Class of 2014
Contributions to Tennis
Member of the Great Britain Davis Cup Team 1956
Captain of the Great Britain Davis Cup Team 1959-1962
Overall Record: 1-0
Doubles Record: 1-0
Many former athletes transfer successful playing careers performing in front of the camera to notable careers behind the camera. John Barrett navigated those waters expertly, taking his winning tennis game as a former Davis Cup Captain and successful junior to a preeminent role as a writer and broadcaster covering tennis for London’s Financial Times and the British Broadcasting Corporation.
Following a successful junior career, Barrett became the Royal Air Force’s tennis champion in 1950 and 1951 and competed at Wimbledon for twenty years. In 1956, he was a member of Great Britain’s Davis Cup Team and he went on to serve as the team captain from 1959-1962. His playing career was notable, competing with reputable results at all four major events, reaching the mixed doubles quarterfinals three-times at Wimbledon.
Barrett joined the BBC in 1971 and became known as the corporation's 'Voice of Tennis' until his retirement in 2006. At the time of his enshrinement into the International Tennis Hall of Fame, Barrett was only the eighth journalist enshrined. As well as working for the BBC for 35 years, Barrett also commentated for Australian, American, and Canadian networks and in 2007 was awarded a Most Excellent Order of the British Empire (MBE) for his services to broadcasting. Barrett is also one of the sport's premier historians and is a current vice-president of the All England Lawn Tennis & Croquet Club where he served on the Committee of Management of The Championships for twelve years. He is also a Vice-President of the International Lawn Tennis Club of Great Britain having previously served as Chairman from 1983-1994 and President from 2004-2008.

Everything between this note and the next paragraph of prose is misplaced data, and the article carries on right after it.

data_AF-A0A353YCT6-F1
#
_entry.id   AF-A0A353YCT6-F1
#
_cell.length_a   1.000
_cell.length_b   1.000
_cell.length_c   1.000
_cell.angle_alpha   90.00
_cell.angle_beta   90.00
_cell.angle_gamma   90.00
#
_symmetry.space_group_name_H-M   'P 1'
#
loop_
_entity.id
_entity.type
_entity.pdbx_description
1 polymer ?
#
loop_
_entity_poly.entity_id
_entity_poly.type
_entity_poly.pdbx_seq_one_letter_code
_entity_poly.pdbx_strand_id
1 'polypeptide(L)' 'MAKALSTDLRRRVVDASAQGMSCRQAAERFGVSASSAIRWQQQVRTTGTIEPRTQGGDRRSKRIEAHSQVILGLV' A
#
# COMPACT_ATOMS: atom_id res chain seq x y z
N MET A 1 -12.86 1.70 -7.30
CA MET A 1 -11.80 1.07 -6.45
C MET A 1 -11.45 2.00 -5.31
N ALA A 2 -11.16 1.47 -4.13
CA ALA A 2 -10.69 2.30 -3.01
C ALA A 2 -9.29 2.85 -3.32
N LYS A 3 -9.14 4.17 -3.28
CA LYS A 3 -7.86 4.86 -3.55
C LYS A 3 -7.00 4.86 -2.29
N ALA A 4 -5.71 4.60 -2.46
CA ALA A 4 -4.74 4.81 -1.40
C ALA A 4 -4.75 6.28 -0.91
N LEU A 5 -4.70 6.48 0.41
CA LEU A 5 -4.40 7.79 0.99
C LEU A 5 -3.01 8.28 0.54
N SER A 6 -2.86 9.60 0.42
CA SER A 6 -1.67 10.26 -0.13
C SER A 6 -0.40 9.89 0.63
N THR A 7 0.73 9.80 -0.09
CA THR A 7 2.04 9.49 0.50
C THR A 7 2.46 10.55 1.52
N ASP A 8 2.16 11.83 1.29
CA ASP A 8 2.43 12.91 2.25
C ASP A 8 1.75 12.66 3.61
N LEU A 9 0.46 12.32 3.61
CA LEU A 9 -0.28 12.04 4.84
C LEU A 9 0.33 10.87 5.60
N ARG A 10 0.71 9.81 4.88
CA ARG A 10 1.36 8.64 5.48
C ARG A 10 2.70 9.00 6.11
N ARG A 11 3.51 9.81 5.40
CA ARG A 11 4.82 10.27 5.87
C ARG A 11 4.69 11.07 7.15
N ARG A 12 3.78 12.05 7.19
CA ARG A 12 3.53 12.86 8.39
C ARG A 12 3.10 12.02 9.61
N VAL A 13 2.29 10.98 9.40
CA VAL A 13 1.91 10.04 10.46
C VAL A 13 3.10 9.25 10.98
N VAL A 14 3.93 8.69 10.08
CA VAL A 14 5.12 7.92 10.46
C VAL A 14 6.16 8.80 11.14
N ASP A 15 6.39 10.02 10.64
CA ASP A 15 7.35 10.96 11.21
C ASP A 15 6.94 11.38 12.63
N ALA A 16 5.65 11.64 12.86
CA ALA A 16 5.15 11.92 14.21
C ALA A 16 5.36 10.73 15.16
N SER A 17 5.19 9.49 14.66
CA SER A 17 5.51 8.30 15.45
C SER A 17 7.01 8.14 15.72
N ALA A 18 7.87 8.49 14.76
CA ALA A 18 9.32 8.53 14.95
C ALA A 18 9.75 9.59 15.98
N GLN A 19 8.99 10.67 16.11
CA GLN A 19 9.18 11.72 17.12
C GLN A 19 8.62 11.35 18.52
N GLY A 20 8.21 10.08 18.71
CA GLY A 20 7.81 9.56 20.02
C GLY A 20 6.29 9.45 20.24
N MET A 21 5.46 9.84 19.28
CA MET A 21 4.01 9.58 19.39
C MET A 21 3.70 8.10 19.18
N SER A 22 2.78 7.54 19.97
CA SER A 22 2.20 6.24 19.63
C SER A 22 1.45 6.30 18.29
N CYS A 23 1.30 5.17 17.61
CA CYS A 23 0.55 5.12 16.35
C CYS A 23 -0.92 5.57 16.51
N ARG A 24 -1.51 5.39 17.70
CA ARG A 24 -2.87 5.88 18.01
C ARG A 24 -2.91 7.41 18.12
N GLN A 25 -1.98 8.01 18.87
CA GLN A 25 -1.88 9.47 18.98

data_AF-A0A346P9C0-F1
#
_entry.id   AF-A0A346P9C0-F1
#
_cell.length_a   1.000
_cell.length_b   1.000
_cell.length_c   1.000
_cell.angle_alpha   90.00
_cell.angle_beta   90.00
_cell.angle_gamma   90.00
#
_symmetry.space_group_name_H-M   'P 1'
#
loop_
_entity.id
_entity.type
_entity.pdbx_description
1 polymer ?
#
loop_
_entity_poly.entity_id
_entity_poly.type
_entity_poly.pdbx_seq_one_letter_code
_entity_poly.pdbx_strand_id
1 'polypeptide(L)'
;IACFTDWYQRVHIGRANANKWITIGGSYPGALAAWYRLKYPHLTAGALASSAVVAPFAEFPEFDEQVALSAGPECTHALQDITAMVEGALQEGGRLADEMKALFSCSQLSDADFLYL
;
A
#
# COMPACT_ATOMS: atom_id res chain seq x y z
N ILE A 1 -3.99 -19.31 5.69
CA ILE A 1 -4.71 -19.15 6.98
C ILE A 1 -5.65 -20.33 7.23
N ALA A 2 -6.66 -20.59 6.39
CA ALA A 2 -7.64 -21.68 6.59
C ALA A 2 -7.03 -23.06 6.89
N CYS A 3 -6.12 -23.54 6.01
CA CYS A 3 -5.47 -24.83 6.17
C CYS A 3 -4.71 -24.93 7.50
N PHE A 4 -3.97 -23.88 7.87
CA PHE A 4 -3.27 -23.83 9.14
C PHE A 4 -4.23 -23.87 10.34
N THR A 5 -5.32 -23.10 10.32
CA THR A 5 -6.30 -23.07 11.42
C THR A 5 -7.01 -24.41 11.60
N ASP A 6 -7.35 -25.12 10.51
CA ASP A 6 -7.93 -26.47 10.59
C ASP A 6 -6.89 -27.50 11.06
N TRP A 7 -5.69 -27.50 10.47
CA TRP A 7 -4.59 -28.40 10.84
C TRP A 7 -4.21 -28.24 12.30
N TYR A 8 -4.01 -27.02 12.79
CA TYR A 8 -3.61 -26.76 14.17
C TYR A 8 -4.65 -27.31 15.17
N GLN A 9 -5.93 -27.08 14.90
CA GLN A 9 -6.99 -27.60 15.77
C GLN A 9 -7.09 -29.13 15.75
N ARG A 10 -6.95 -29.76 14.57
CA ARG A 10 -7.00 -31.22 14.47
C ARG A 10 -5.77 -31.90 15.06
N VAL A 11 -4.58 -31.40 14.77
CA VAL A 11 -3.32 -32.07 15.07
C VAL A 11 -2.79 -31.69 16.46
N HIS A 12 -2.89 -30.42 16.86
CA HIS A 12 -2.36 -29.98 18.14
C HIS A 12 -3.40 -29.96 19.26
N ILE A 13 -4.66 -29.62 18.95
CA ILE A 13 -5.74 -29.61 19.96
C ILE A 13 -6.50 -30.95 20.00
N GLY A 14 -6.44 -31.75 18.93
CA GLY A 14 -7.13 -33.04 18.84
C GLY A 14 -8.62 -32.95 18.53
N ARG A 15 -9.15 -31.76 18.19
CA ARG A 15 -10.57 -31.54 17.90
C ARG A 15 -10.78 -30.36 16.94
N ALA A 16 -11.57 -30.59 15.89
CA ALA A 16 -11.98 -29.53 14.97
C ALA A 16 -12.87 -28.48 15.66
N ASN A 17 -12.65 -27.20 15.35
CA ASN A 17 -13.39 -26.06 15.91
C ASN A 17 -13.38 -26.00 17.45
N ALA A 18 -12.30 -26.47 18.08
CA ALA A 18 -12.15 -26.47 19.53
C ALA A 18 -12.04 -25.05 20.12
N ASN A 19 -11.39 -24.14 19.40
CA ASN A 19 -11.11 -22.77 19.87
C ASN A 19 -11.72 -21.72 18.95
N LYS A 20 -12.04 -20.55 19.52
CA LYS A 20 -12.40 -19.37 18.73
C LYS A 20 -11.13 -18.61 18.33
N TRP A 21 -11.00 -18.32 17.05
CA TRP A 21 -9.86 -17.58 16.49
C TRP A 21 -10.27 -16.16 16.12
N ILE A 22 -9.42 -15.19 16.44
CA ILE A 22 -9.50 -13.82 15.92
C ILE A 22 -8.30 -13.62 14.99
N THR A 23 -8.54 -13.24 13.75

In his long and illustrious career, Barrett has gone from an entrepreneur, to a business executive with Slazenger, to editor of World of Tennis, and is considered the definite information reference for the sport. His writings include, Tennis and Racket Games, Play Tennis with Rosewall, a coaching manual, and From Where I Sit, a co-authored autobiography of Dan Maskell, his predecessor as Wimbledon's Voice of Tennis for BBC Television. Barrett has chronicled his native Grand Slam event, 100 Wimbledon’s - A Celebration, which is now known as Wimbledon: The Official History.
"A leader on many levels, John's lifelong passion for the sport resulted in some of its finest journalism, most compelling story-telling, and therefore some of the most important works dedicated to preserving tennis history," said Hall of Fame President Stan Smith at Barrett’s induction.
Barrett is half of the second married couple in the Hall of Fame, joining Andre Agassi and Steffi Graf. In April 1967, he married former French, Australian, and Wimbledon champion and No. 1 ranked player Angela Mortimer.
Wimbledon: QF 1960, 1961, 1966